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Dr. Richard Thorndyke arrives in Los Angeles to take over as head of The Psycho-Neurotic Institute for the Very Very Nervous. Its front gate has a sign stating "Keep In". He had an awful flight over and is distressed to find that his office balcony is also very high up. Yes, Thorndyke has "high anxiety".

Soon, he is caught up in an investigation. His predecessor died in suspicious circumstances and something strange is going on at the institute. And we're not talking about just Nurse Diesel and her mustache. The wrong person finds out about Thorndyke's phobia and from then on he's in mortal danger.

Mel Brooks dedicated "High Anxiety" to Alfred Hitchcock. It is fun to catch the scenes of specific homage to Hitchcock films, especially "Psycho" and "Vertigo". The references aren't always direct. For example, at one point, Thorndyke (played by Brooks himself) travels to San Francisco for a conference. He books in only to find out that his room is on the 17th floor. Thorndyke tells the clerk, "I thought I specificially requested a room on a lower floor, nothing higher than 3."

The clerk replies, "We had 201 all set for you, Sir, but a Mr. McGuffin called and told us to change it." Hitchcock, of course, popularized the film term, McGuffin.

The pacing of "High Anxiety" is slow. There are some very good gags, though, and Brooks is funny as Thorndyke. 4 stars and a movie to keep.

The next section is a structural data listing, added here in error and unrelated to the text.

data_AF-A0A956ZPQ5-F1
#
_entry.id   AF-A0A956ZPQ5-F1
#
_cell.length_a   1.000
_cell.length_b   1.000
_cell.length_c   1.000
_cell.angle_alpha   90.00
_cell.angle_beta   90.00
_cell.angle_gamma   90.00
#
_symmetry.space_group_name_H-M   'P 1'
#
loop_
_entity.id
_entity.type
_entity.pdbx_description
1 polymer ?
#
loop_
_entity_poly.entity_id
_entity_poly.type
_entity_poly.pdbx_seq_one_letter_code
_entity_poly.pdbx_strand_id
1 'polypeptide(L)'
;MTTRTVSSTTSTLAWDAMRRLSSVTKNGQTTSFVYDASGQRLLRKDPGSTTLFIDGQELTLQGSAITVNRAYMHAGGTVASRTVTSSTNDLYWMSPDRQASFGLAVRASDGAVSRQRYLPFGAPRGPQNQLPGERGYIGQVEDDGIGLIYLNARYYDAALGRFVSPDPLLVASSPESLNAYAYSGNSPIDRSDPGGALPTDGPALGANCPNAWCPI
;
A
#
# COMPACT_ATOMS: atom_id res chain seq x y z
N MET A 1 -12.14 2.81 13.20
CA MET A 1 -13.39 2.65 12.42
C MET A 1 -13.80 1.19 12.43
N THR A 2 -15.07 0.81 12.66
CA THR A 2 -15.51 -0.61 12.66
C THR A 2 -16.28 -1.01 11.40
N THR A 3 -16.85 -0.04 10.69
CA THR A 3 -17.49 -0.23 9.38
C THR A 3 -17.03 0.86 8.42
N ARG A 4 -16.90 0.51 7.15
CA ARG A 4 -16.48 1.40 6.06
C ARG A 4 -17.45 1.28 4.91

Mel Brooks directed twelve films in all, acting in all but one of them. Eight of his movies, including "High Anxiety" are collected in a slipcase in Mel Brooks Bx Sm Cb.

Happy Reader
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on October 9, 2005
Though not quite as funny as Young Frankenstein, High Anxiety is one of Mel Brook's funniest movies, actually the first time I saw this movie was on cable when I was little and I didn't like it too much and was bored but now that I'm older I have since seen it again a few times and now I really like it and think that maybe I didn't like it when I was little was because it wasn't as silly as Young Frankenstein or Silent Movie and Also I hadn't yet seen any Alfred Hitchcock movies, and Now being a fan of Alfred Hitchock I can now totally laugh at Mel Brook's homage to Hitchcock's classics and I especially liked the hilarious scenes spoofing The Birds and Psycho, they are both truly classic comedic scenes and this movie is highly recommended to any fan of Mel Brooks and also Alfred Hitchcock and like others I'm waiting for this movie to come out in DVD! A nice widescreen DVD with all of the extra goodies would be great. And also I would love to see Silent Movie put on DVD too.